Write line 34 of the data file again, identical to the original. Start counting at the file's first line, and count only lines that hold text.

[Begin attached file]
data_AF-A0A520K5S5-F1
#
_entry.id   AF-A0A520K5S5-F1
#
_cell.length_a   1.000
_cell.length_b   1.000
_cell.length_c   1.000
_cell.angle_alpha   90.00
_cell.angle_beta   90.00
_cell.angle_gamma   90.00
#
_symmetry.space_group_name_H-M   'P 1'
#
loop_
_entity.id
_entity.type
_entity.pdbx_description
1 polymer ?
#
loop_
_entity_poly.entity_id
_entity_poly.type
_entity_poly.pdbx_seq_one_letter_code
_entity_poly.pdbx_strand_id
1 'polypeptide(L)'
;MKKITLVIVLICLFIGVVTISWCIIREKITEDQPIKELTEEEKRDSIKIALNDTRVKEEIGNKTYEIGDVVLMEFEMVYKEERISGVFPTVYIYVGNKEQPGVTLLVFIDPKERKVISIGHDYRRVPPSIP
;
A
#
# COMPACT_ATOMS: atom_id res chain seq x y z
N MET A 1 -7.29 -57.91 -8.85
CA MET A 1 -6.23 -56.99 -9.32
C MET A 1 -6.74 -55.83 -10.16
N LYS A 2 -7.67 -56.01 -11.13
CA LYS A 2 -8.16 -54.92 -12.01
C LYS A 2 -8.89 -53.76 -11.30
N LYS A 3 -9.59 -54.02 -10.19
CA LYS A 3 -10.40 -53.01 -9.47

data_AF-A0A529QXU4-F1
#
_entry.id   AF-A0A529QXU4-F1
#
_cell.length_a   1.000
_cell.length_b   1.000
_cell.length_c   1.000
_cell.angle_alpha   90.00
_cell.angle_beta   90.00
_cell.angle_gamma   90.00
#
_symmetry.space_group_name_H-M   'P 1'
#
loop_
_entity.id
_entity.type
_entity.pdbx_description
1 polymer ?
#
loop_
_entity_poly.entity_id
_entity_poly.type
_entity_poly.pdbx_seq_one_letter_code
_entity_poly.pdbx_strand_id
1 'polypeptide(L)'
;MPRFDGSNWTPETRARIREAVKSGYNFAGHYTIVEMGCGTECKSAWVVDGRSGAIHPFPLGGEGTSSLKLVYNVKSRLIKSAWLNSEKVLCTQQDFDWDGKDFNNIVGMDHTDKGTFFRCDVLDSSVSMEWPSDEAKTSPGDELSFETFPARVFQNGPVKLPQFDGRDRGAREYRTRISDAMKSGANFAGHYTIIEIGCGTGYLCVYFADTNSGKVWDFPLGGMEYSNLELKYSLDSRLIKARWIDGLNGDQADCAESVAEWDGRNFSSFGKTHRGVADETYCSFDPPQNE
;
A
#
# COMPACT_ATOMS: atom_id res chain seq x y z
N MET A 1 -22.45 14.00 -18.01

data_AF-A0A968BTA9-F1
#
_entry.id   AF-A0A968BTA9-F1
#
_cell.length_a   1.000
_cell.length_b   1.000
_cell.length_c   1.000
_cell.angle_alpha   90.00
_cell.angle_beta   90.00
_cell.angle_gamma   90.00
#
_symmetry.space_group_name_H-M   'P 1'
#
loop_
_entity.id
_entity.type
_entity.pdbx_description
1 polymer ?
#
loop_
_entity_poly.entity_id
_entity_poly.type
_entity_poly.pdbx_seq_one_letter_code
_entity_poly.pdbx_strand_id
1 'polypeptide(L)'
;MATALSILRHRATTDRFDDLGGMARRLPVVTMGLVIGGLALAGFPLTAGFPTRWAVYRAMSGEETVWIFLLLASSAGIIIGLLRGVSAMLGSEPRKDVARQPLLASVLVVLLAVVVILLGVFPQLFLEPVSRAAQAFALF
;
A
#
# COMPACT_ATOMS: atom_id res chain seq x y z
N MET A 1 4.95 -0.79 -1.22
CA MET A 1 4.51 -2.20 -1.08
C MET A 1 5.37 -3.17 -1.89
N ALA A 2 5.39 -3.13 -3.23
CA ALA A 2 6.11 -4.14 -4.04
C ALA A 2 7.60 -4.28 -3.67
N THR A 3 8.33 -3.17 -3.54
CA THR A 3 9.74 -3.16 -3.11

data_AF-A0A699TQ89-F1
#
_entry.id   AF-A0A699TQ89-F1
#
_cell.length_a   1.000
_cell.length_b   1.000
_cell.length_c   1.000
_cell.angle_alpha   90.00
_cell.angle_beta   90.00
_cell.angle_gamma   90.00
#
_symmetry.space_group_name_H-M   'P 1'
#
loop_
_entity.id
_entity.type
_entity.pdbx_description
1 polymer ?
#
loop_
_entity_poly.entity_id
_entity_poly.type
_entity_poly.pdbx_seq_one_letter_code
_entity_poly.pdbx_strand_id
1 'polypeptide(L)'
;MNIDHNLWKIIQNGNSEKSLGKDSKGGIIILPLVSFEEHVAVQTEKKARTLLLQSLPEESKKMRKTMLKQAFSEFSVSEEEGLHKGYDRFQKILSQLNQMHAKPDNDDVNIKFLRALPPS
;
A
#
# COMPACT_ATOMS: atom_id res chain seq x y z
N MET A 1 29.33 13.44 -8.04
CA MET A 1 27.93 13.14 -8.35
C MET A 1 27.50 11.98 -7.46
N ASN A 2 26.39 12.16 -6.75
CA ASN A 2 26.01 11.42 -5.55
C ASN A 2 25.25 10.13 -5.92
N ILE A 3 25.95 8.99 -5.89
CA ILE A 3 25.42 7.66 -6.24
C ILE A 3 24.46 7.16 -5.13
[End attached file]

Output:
N LYS A 2 -7.67 -56.01 -11.13